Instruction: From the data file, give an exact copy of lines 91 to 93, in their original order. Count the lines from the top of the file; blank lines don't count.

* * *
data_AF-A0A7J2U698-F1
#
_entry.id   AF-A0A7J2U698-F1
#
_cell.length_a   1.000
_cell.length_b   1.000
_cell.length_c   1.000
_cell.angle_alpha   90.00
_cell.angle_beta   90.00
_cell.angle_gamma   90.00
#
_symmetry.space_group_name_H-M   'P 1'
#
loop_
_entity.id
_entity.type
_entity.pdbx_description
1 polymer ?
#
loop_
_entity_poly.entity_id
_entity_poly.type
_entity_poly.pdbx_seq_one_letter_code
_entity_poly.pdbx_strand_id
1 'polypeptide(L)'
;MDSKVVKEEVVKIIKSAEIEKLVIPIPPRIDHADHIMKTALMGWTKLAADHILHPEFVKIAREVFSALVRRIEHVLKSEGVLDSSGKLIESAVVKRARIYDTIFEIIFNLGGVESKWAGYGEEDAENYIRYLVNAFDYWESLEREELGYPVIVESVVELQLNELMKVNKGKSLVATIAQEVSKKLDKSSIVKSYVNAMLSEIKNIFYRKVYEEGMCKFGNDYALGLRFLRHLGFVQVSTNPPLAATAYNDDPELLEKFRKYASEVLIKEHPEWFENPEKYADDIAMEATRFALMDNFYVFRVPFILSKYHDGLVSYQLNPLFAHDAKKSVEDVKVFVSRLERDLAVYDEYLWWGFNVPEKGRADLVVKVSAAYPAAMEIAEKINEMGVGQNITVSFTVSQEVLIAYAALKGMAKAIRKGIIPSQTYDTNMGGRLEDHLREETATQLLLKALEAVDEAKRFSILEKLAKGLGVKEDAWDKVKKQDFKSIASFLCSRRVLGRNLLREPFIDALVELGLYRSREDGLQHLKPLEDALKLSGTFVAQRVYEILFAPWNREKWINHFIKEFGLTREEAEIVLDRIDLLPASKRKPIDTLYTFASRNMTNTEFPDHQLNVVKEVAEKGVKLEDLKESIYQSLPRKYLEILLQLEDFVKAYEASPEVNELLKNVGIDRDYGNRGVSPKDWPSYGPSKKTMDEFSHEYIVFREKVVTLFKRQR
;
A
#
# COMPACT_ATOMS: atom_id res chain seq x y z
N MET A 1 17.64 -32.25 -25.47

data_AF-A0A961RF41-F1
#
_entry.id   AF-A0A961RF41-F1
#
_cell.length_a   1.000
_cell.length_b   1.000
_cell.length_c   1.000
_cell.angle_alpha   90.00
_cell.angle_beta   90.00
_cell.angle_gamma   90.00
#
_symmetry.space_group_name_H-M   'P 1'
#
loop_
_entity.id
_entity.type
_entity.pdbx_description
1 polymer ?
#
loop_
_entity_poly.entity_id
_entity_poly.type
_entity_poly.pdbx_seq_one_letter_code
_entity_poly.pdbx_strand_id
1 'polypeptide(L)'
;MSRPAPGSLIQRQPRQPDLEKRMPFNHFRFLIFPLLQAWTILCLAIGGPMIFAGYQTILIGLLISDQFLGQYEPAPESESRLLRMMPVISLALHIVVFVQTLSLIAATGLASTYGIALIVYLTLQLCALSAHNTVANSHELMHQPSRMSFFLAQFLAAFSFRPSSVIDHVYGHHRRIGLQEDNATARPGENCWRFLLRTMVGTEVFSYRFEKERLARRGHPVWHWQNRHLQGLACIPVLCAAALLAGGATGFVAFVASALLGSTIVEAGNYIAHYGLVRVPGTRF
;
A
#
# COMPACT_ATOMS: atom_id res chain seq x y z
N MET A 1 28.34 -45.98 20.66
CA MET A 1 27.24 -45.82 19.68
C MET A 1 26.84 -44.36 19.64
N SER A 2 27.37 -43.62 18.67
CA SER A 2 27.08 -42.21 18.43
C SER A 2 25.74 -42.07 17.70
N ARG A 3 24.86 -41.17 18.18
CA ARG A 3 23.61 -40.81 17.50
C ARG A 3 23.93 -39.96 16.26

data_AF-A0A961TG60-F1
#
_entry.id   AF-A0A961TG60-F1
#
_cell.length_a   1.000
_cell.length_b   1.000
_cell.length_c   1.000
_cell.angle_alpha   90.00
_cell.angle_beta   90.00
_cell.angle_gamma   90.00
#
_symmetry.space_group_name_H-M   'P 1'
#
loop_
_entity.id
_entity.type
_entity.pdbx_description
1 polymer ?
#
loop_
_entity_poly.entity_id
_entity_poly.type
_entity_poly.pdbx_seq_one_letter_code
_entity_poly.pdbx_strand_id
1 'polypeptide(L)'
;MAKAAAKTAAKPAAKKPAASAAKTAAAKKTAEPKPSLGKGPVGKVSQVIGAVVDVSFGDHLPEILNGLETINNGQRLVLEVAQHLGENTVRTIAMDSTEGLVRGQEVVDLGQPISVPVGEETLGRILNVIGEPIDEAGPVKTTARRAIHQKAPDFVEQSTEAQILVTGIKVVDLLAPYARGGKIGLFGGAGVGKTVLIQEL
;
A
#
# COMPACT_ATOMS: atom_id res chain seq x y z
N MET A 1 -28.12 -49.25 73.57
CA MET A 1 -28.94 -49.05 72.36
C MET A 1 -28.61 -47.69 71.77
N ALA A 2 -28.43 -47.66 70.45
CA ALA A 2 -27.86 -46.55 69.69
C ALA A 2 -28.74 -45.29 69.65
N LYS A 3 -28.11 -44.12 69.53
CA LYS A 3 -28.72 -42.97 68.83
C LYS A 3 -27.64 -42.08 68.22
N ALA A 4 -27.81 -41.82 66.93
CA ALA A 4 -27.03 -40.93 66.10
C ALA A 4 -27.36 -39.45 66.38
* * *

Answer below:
_entity_poly.entity_id
_entity_poly.type
_entity_poly.pdbx_seq_one_letter_code